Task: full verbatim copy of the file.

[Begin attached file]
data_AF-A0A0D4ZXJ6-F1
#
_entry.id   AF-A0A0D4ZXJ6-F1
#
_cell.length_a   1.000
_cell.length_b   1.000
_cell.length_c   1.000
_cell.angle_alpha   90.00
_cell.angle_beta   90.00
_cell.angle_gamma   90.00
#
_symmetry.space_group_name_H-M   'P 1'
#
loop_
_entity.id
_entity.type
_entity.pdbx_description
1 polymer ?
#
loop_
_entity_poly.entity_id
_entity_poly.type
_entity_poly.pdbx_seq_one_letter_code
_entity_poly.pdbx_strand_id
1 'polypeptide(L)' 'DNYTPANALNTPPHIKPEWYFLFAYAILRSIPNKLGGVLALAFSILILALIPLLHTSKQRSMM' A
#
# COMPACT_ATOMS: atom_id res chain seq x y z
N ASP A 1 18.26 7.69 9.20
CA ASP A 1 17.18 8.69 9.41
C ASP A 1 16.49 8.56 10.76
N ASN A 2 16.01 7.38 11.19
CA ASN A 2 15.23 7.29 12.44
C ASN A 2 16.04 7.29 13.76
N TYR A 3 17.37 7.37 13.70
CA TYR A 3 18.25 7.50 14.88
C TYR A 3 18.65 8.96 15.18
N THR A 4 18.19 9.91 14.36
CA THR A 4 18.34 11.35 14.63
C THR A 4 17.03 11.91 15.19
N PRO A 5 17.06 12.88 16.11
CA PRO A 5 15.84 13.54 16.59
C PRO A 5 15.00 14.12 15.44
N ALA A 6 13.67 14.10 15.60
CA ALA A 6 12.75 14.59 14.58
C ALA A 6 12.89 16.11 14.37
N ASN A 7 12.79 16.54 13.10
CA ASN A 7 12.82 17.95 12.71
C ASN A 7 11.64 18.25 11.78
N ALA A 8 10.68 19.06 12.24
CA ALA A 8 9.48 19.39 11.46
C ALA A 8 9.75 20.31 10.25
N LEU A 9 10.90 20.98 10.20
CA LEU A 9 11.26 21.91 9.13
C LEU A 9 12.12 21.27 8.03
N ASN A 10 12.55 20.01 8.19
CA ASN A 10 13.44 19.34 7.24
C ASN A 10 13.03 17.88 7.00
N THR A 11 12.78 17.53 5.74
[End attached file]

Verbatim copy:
data_AF-A0A0D4ZXJ6-F1
#
_entry.id   AF-A0A0D4ZXJ6-F1
#
_cell.length_a   1.000
_cell.length_b   1.000
_cell.length_c   1.000
_cell.angle_alpha   90.00
_cell.angle_beta   90.00
_cell.angle_gamma   90.00
#
_symmetry.space_group_name_H-M   'P 1'
#
loop_
_entity.id
_entity.type
_entity.pdbx_description
1 polymer ?
#
loop_
_entity_poly.entity_id
_entity_poly.type
_entity_poly.pdbx_seq_one_letter_code
_entity_poly.pdbx_strand_id
1 'polypeptide(L)' 'DNYTPANALNTPPHIKPEWYFLFAYAILRSIPNKLGGVLALAFSILILALIPLLHTSKQRSMM' A
#
# COMPACT_ATOMS: atom_id res chain seq x y z
N ASP A 1 18.26 7.69 9.20
CA ASP A 1 17.18 8.69 9.41
C ASP A 1 16.49 8.56 10.76
N ASN A 2 16.01 7.38 11.19
CA ASN A 2 15.23 7.29 12.44
C ASN A 2 16.04 7.29 13.76
N TYR A 3 17.37 7.37 13.70
CA TYR A 3 18.25 7.50 14.88
C TYR A 3 18.65 8.96 15.18
N THR A 4 18.19 9.91 14.36
CA THR A 4 18.34 11.35 14.63
C THR A 4 17.03 11.91 15.19
N PRO A 5 17.06 12.88 16.11
CA PRO A 5 15.84 13.54 16.59
C PRO A 5 15.00 14.12 15.44
N ALA A 6 13.67 14.10 15.60
CA ALA A 6 12.75 14.59 14.58
C ALA A 6 12.89 16.11 14.37
N ASN A 7 12.79 16.54 13.10
CA ASN A 7 12.82 17.95 12.71
C ASN A 7 11.64 18.25 11.78
N ALA A 8 10.68 19.06 12.24
CA ALA A 8 9.48 19.39 11.46
C ALA A 8 9.75 20.31 10.25
N LEU A 9 10.90 20.98 10.20
CA LEU A 9 11.26 21.91 9.13
C LEU A 9 12.12 21.27 8.03
N ASN A 10 12.55 20.01 8.19
CA ASN A 10 13.44 19.34 7.24
C ASN A 10 13.03 17.88 7.00
N THR A 11 12.78 17.53 5.74